Remarks by Sara Liegl, Director, Project Home, who spoke on a panel at a recent “Community Conversation on Poverty,” sponsored by JRLC, Gloria Dei Lutheran Church, Immanuel Lutheran Church and Mount Zion Temple

Our news has been full of stories about “The Wall,” the growing homeless encampment at Cedar and Hiawatha Avenues in Minneapolis. Family homelessness on both sides of the river has reached epidemic levels.

Unlike Hennepin County, however, Ramsey County has no “right to shelter” laws for families with minor children. Emergency family shelter beds are extremely scarce. Between the Ramsey County Family Service Center, which has 65 beds, and Interfaith Action of Greater Saint Paul’s Project Home, which has 40 beds of family shelter, we do not even come close to covering the need in our area.

Recently, at a Coordinated Access housing provider meeting, Ramsey County staff stated that there were 83 families on the wait list for emergency shelter. If these families average just three members, that means 249 people are waiting for emergency shelter — most of them children. In fact, 82% of the children Project Home serves are age 12 and younger. They are sleeping in cars and vans, doubled up with other families in basements and backrooms, sleeping in unheated garages and abandoned buildings.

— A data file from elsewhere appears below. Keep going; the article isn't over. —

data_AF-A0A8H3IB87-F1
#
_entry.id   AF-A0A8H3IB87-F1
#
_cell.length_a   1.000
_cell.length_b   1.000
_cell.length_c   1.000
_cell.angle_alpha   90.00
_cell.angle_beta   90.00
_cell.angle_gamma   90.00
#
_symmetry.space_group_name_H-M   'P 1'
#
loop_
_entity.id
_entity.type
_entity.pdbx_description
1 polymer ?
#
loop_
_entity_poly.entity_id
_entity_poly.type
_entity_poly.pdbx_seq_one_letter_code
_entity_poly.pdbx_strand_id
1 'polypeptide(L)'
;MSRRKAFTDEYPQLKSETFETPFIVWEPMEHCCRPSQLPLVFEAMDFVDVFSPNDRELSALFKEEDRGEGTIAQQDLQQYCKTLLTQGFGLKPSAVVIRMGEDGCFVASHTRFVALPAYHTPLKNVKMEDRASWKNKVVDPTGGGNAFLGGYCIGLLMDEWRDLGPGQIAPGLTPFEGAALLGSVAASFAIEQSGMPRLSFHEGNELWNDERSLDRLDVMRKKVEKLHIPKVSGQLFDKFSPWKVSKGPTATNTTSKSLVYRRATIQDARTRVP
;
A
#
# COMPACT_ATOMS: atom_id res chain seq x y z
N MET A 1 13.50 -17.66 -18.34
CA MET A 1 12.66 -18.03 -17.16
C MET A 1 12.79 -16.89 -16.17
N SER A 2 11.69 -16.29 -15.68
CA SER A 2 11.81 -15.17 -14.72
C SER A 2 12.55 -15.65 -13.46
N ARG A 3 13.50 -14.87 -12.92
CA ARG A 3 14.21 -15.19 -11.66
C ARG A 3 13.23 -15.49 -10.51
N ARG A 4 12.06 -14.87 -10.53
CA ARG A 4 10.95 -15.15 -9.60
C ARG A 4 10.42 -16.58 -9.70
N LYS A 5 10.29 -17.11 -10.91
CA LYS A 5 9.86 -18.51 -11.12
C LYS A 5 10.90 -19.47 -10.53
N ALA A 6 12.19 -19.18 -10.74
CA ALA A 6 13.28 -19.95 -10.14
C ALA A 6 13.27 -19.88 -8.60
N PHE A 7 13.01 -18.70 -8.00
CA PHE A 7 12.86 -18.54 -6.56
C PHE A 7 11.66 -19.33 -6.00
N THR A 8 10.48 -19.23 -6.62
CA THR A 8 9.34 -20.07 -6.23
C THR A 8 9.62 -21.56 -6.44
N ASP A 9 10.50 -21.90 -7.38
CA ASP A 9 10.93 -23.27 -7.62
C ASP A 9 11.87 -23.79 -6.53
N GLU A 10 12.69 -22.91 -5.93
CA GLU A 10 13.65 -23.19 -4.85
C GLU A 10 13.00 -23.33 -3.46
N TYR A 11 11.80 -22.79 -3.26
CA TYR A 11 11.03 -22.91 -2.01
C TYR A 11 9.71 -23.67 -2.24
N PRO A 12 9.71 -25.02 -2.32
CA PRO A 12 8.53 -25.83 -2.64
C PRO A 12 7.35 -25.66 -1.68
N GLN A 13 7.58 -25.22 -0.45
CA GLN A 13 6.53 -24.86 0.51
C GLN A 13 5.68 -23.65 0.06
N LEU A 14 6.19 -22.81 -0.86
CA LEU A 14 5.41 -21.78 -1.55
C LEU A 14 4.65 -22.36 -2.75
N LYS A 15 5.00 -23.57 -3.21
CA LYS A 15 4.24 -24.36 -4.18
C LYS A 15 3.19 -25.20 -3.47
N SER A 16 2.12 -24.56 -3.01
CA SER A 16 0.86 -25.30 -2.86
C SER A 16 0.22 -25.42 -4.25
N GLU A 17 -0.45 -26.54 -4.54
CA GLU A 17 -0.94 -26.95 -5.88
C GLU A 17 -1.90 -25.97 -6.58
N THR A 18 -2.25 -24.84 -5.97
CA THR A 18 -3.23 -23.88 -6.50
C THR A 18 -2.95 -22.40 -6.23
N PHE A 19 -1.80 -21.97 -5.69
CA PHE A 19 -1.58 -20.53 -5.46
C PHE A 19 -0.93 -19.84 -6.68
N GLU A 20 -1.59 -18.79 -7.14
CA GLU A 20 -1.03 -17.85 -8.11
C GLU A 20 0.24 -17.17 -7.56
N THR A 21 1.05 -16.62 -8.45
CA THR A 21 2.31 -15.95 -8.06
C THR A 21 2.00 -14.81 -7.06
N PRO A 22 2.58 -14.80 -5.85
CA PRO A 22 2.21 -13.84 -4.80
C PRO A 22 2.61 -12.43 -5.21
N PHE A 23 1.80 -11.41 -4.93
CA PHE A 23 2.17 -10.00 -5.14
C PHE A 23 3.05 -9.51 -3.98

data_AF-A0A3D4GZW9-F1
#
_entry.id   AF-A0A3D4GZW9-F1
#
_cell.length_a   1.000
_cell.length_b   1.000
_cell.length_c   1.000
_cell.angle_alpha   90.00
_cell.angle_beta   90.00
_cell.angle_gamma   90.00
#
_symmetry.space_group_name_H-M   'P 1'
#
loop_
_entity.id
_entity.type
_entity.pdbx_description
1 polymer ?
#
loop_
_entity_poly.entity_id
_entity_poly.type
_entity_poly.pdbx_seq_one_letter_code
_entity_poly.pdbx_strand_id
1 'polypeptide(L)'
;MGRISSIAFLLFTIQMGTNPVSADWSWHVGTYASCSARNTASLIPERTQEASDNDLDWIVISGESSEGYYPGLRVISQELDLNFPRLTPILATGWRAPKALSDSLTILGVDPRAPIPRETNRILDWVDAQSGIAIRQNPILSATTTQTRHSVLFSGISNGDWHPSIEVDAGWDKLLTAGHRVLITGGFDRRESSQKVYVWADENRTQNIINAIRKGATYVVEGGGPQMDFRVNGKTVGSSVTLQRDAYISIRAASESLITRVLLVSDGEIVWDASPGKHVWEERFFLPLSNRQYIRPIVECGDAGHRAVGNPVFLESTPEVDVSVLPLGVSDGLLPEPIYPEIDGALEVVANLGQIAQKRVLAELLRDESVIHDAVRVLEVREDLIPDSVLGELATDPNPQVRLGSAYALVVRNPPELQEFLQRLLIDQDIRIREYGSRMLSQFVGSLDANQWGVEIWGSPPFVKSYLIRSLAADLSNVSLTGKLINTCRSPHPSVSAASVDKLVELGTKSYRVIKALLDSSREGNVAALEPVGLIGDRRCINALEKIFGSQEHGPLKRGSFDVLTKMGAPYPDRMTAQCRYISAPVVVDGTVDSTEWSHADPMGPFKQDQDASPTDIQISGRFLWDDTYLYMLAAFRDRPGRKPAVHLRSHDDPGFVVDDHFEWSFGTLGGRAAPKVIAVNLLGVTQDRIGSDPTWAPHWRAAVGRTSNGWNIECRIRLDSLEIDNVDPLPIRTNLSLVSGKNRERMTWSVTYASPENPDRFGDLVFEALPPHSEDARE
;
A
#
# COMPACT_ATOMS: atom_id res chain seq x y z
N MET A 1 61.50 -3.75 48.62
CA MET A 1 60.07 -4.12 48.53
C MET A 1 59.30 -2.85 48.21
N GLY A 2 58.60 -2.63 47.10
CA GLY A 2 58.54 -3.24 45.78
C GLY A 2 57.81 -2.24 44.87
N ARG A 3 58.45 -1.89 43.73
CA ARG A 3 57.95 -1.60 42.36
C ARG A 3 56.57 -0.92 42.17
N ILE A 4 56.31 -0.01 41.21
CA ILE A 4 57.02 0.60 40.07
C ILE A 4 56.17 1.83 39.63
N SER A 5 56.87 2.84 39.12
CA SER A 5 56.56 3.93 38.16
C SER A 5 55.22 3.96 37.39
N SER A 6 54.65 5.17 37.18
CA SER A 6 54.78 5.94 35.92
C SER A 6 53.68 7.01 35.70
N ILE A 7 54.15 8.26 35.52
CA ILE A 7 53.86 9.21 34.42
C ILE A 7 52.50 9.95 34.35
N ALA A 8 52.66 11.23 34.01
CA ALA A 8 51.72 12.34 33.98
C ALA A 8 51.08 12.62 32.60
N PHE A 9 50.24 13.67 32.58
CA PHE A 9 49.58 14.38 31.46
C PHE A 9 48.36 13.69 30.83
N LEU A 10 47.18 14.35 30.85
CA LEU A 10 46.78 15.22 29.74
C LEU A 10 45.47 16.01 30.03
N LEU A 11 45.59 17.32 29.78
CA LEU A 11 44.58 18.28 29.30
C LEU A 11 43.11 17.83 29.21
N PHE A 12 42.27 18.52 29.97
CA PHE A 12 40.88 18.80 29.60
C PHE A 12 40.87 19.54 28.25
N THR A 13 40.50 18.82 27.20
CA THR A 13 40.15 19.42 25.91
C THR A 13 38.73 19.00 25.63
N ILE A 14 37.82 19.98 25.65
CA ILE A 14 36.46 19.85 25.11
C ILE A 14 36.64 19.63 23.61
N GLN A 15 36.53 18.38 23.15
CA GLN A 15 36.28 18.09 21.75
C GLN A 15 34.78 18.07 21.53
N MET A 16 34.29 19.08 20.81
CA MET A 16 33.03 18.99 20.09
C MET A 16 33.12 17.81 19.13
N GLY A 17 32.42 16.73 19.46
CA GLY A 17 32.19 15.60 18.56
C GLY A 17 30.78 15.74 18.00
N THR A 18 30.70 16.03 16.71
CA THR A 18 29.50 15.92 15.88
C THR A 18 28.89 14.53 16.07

To stay on the list, they are required to call in every week to say that they still have nowhere to go.

This list only grows.

What are the biggest structural and societal barriers we see that our clients face?

  • Affordable housing for families. Single-person housing is easier to build in large numbers but we need 3+ bedrooms. And we need this housing on good transportation lines so families can get children to daycare, have access to grocery stores instead of high-priced convenience stores, and get to work easily.
  • Racism & Disparities. In Ramsey County, people of color are disproportionately affected by homelessness. While 5% of all Minnesota adults are African American, 70% of the parents served last year at Project Home were African American. Racism touches their lives every day – in housing, employment, services, law enforcement, everywhere.

How would we solve these problems if we had the full support of elected officials?

  • Building affordable housing is difficult—and doing so for families is even more so. At the systems level, incentives need to be built in so that developers want to crate 3+ bedroom unites near good public transportation lines. Incentives need to be created so that local landlords will consider families who do not make three times the rent in monthly income, who take a chance on families with credit problems and criminal records (not even talking felonies here).
  • All of our work, at ever level, needs to be done looking through racial, cultural and poverty lenses. If we continue to develop programs, zoning laws, and local statutes without including the voices of those affected the most, we will never make real change.

Where do we ned the most support from voters and community members?

  • Volunteer! See our families, hear their stories, and pass it on.
  • For every story you read about a homeless individual, remember there are many more children about whom no one writes. Be a voice to the invisible. If you don’t know their stories, seek them out.
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